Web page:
The Ordeal of the Longhouse

The Peoples of the Iroquois League in the Era of European Colonization
Daniel K. Richter
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Publisher: Omohundro Institute and University of North Carolina Press
Imprint: OIEAHC
Cloth/Hardcover Publication Date: 12/1992
Pages: 454
Paperback ISBN: 9780807843949
Paperback Publication Date: 12/1992
Ebook ISBN: 9780807867914


Richter examines a wide range of primary documents to survey the responses of the peoples of the Iroquois League–the Mohawks, Oneidas, Onondagas, Cayugas, Senecas, and Tuscaroras–to the challenges of the European colonialization of North America. He demonstrates that by the early eighteenth century a series of creative adaptations in politics and diplomacy allowed the peoples of the Longhouse to preserve their cultural autonomy in a land now dominated by foreign powers.

About The Author

Daniel K. Richter is the Richard S. Dunn Director of the McNeil Center for Early American Studies and Professor of History at the University of Pennsylvania. He is author of Facing East from Indian Country: A Native History of Early America, and is coeditor of Beyond the Covenant Chain: The Iroquois and Their Neighbors in Indian North America, 1600-1800.


Choice Outstanding Academic Title (1994)

The Frederick Jackson Turner Award, Organization of American Historians (1993)

The Ray Allen Billington Prize, Organization of American Historians (1993)


“The careful research, the wealth of details on sources, and the many insights into Iroquois history in the early colonial period make it an important book for scholars of Native history and colonial American history.”–American Indian Quarterly

“An outstanding contribution to the study of Iroquois history and culture and that of cross-cultural relations in North America during the colonial period.”–American Indian Culture and Research Journal

“This is a detailed, accurate, and convincing study of the Iroquois before 1720.”–William and Mary Quarterly

“Richter has made a major contribution to the literature on the Iroquois; it will confirm and enhance his reputation as a leading scholar in the field.”–Journal of American History

“Richter’s analysis rests upon impressive documentation, a clear awareness of existing historical literature on the Iroquois, and recent trends in ethnohistorical research. . . . This book succeeded in giving a solid basis for understanding the cultural and economic changes in Indian societies that resulted from the European invasion of America.”–Journal of American Ethnic History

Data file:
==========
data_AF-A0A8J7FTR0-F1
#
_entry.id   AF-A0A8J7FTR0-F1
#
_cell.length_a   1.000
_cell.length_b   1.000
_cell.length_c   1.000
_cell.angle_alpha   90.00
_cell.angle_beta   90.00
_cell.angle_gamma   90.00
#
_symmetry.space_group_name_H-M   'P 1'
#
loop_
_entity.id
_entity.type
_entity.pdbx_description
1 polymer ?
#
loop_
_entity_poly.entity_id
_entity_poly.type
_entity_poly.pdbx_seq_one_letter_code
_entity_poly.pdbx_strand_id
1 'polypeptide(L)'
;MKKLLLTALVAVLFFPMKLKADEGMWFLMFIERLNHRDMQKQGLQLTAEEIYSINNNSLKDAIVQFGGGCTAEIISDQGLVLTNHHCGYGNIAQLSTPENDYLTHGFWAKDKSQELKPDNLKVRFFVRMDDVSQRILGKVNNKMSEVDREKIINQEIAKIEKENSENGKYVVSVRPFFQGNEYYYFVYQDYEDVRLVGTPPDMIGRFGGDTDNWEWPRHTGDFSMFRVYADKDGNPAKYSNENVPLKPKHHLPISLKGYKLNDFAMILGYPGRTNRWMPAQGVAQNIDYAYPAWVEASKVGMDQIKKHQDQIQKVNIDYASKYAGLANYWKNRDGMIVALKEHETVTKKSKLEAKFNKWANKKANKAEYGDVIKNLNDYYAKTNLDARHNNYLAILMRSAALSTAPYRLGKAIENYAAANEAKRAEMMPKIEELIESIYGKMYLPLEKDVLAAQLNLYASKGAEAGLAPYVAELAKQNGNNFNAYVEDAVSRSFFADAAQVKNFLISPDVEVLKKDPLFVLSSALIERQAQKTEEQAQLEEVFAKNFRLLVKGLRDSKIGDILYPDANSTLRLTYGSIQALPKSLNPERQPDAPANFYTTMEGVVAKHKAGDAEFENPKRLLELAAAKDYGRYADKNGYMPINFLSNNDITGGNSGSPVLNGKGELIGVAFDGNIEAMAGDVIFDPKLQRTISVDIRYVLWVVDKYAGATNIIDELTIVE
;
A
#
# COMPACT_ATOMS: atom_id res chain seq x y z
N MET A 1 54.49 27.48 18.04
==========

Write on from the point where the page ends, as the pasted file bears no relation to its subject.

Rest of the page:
“Daniel Richter’s The Ordeal of the Longhouse is a long-needed and rewarding overview of that important first century of Iroquois-white relations. Skillfully organized and written, it offers a rare synthesis of this period of political intrigue and cultural accommodation. Few have so well described the diversity of attitudes and policies that existed between the three competing European powers and their Indian allies and adversaries.”–William A. Starna, State University of New York, College at Oneonta

“Richter breaks through the many myths and cliches surrounding Iroquois life and power in colonial America. To do so, he draws on Dutch, French, and English documents, the work of archaeologists, Iroquois oral traditions, and the methods and insights of cultural anthropology. The result is a thorough, highly informed, subtly nuanced account of the Iroquois people from their pre-contact beginnings to the mid-eighteenth century. The Ordeal of the Longhouse will be invaluable not only to historians of the Iroquois and other Indians but to those with an interest in the imperial, frontier, social, and cultural history of colonial North America.”–Neal Salisbury, Smith College

“Provides the best account yet written of one of the most remarkable stories of any period of America’s history–how the Iroquois peoples conceived of their own unique destiny and thereby shaped both their own lives and those of all with whom they came into contact. A work of exceptional balance and lucidity, the book is both an illuminating example of interdisciplinary analysis and a model of how political history in its broadest sense can be written.”–Richard R. Johnson, University of Washington

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